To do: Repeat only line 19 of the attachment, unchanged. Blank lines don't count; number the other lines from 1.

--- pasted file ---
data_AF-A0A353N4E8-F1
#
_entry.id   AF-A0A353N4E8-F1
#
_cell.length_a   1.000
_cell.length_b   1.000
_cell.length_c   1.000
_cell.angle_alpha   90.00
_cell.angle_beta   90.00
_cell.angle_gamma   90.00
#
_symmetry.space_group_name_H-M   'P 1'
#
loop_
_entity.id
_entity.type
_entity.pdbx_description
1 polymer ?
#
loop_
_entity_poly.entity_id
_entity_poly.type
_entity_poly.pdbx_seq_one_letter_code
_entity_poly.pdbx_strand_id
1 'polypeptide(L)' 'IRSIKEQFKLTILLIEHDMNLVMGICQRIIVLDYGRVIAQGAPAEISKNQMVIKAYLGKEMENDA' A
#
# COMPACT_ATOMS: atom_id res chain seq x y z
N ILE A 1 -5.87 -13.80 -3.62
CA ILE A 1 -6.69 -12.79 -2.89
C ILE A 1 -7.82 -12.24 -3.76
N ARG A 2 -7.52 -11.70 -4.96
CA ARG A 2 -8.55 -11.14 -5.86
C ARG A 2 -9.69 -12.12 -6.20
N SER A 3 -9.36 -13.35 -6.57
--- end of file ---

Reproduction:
#